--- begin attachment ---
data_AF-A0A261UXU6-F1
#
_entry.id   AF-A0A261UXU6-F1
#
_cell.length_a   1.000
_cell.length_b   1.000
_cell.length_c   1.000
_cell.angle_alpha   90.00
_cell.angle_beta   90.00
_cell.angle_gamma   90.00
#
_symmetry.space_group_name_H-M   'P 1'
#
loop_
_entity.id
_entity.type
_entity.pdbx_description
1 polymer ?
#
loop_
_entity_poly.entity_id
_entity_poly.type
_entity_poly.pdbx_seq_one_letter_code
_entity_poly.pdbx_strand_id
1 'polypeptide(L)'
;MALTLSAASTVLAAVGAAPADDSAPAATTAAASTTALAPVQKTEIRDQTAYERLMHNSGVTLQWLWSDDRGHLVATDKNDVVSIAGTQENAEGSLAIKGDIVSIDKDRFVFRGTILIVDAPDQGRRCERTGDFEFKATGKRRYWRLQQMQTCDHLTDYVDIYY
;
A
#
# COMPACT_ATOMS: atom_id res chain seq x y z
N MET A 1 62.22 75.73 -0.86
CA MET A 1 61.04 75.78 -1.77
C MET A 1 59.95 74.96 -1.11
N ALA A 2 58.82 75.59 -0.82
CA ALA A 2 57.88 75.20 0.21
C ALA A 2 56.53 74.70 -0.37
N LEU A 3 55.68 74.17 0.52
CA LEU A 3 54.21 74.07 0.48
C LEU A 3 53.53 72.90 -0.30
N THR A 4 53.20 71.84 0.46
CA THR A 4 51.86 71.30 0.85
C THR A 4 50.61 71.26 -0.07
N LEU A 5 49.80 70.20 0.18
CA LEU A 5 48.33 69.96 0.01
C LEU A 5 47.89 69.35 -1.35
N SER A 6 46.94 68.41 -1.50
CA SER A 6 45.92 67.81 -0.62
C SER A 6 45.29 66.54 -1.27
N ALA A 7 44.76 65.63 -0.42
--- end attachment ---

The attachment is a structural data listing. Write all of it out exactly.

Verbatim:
data_AF-A0A261UXU6-F1
#
_entry.id   AF-A0A261UXU6-F1
#
_cell.length_a   1.000
_cell.length_b   1.000
_cell.length_c   1.000
_cell.angle_alpha   90.00
_cell.angle_beta   90.00
_cell.angle_gamma   90.00
#
_symmetry.space_group_name_H-M   'P 1'
#
loop_
_entity.id
_entity.type
_entity.pdbx_description
1 polymer ?
#
loop_
_entity_poly.entity_id
_entity_poly.type
_entity_poly.pdbx_seq_one_letter_code
_entity_poly.pdbx_strand_id
1 'polypeptide(L)'
;MALTLSAASTVLAAVGAAPADDSAPAATTAAASTTALAPVQKTEIRDQTAYERLMHNSGVTLQWLWSDDRGHLVATDKNDVVSIAGTQENAEGSLAIKGDIVSIDKDRFVFRGTILIVDAPDQGRRCERTGDFEFKATGKRRYWRLQQMQTCDHLTDYVDIYY
;
A
#
# COMPACT_ATOMS: atom_id res chain seq x y z
N MET A 1 62.22 75.73 -0.86
CA MET A 1 61.04 75.78 -1.77
C MET A 1 59.95 74.96 -1.11
N ALA A 2 58.82 75.59 -0.82
CA ALA A 2 57.88 75.20 0.21
C ALA A 2 56.53 74.70 -0.37
N LEU A 3 55.68 74.17 0.52
CA LEU A 3 54.21 74.07 0.48
C LEU A 3 53.53 72.90 -0.30
N THR A 4 53.20 71.84 0.46
CA THR A 4 51.86 71.30 0.85
C THR A 4 50.61 71.26 -0.07
N LEU A 5 49.80 70.20 0.18
CA LEU A 5 48.33 69.96 0.01
C LEU A 5 47.89 69.35 -1.35
N SER A 6 46.94 68.41 -1.50
CA SER A 6 45.92 67.81 -0.62
C SER A 6 45.29 66.54 -1.27
N ALA A 7 44.76 65.63 -0.42